“That feeling of not knowing who I was and not knowing my place in the world played a big role for me,” she says. “After college, I had a hard time because I had low self-worth and lacked a sense of direction for my life.”
Then, in 2006, Zavrel took a motorcycle safety class. During the 2 1/2 day program, her instructor pointed at her and told her she should teach. She spent nearly 10 years teaching motorcycle classes with Team Oregon, and said it the most positive part of her life during her “tumultuous and crazy 20s.”
“That was the first really obvious time in my work life that somebody pointed to me and said, ‘You’re capable of this,’ ” she says. “It’s not beyond me how transformative that moment was for me.”
Around 2010, Zavrel read “Couldn’t Keep It to Myself,” a collection of short stories by incarcerated women at York Correctional Institution in Connecticut. Women wrote about their trauma, abuse and rejection. It was a wake-up call for Zavrel, who was struck by the humanity in their stories.
“I know what it’s like to feel powerless,” Zavrel says.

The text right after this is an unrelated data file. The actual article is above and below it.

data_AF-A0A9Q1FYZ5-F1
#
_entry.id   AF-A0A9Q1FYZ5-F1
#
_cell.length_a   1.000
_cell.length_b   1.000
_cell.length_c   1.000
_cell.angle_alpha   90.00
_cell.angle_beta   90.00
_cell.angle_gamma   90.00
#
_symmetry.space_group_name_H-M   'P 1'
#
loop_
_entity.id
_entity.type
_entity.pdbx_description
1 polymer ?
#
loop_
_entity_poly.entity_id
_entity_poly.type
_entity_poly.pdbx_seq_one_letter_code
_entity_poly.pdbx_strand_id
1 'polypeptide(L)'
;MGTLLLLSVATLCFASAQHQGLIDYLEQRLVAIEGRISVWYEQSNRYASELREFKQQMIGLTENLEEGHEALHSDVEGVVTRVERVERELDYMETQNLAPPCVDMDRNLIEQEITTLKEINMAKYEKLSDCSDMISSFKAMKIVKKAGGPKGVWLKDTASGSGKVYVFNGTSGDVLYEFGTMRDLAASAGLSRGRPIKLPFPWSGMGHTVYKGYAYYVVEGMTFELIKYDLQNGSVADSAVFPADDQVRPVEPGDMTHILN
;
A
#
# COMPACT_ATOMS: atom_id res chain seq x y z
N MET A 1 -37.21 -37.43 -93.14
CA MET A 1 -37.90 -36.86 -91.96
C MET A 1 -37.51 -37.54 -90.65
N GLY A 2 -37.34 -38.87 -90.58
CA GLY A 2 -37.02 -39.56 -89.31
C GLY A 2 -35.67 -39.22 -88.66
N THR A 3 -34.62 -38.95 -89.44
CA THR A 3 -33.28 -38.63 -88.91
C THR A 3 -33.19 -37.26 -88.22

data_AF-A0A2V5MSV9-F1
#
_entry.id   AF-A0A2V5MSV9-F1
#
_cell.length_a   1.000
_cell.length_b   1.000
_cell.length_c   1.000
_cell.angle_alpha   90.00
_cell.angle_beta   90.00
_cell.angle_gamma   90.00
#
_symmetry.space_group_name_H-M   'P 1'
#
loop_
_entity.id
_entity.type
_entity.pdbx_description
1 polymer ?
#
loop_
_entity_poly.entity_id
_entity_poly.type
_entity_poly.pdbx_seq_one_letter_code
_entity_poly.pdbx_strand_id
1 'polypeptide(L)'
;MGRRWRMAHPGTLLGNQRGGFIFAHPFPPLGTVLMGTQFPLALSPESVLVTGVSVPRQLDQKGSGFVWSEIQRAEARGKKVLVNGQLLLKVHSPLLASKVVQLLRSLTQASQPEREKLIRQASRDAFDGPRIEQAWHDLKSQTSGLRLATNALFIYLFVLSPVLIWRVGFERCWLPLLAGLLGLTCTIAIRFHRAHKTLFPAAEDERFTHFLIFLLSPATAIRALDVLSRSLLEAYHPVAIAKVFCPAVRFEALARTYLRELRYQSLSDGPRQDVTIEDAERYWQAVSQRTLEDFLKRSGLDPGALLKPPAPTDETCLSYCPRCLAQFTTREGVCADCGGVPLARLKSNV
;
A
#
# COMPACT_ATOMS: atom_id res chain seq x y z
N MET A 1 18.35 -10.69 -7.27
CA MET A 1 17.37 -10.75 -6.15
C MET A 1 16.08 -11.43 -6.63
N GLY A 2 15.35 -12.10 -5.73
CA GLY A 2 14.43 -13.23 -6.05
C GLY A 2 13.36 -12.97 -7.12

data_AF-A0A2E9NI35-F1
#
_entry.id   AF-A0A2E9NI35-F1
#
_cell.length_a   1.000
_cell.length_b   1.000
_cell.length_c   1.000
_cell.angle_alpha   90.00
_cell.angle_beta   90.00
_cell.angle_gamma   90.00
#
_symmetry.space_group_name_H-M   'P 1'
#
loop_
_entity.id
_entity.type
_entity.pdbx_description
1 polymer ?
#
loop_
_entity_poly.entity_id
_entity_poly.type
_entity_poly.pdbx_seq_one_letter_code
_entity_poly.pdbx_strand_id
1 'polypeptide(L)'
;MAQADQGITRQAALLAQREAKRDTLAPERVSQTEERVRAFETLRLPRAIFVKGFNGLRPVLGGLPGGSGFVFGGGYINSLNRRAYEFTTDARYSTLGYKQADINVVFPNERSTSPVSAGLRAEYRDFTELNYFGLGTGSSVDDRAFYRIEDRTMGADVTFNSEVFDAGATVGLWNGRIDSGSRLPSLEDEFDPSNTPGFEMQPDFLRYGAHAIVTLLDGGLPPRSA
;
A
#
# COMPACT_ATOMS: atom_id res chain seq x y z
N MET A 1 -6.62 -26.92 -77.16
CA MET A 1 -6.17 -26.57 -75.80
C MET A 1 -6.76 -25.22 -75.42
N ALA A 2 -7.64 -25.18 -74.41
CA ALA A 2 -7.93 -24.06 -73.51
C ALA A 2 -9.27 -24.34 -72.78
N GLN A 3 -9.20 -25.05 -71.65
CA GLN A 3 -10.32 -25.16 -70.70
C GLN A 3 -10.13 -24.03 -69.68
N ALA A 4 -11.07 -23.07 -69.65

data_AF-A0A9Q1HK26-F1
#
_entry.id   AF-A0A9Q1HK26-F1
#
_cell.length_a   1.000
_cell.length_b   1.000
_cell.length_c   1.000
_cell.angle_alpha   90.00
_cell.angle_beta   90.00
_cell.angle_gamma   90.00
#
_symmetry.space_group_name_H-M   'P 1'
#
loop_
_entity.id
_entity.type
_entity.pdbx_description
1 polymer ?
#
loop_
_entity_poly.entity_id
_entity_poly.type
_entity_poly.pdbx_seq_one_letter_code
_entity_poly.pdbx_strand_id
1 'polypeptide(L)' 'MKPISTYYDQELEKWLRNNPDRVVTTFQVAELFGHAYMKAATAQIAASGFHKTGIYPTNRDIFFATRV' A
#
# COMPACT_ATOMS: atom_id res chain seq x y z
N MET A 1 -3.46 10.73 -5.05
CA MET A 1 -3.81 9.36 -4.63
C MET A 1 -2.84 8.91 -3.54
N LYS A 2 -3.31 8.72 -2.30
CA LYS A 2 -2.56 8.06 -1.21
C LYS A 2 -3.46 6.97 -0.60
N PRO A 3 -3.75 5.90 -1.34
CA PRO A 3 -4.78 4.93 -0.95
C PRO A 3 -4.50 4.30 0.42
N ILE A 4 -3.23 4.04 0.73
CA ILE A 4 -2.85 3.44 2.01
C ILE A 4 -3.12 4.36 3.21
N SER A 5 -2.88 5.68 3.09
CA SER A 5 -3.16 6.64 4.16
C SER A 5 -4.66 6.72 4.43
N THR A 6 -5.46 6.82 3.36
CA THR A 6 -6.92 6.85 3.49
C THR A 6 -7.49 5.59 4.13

She returned to school for her master’s degree, combining her love for adult education with her newfound passion for corrections education. She taught GED classes in the Clackamas County Jail, then landed her full-time position at Clark College in 2016.
An inmate in Clackamas told her something once, she says.
“We’re your people, Ms. Z,” she remembers him saying. “You may not be our people, but we’re your people.”
“I know what it’s like to be looked at and be assumed incapable or assumed that I have bad intentions because I dress a certain way or talk a certain way,” Zavrel said. “When I show them, ‘I see you, and you’re allowed to scream expletives at the universe,’ they start to trust me a little more.”
The results have arrived. They’re not what Zavrel hoped. Only one tester passed.
“Only one. One out of three,” she said.
“Yeah, but look who it is,” said her fellow GED teacher, Steve Smith. “It’s Ibarra. That’s a win, Lauren.”
Antonio Ibarra of Vancouver didn’t seem likely to pass. He hadn’t passed a practice exam yet, but insisted he could do the real thing.
“I talked to my son last week, and he said he took a math test, and I told him I was going to take mine,” Ibarra says. His son is 11. “I told him to encourage me. I encouraged him.”
When a student completes his GED, he gets to put on a cap and gown, hold up a diploma holder and take a photo in front of a Clark College banner. One copy is for him. The other is for the wall.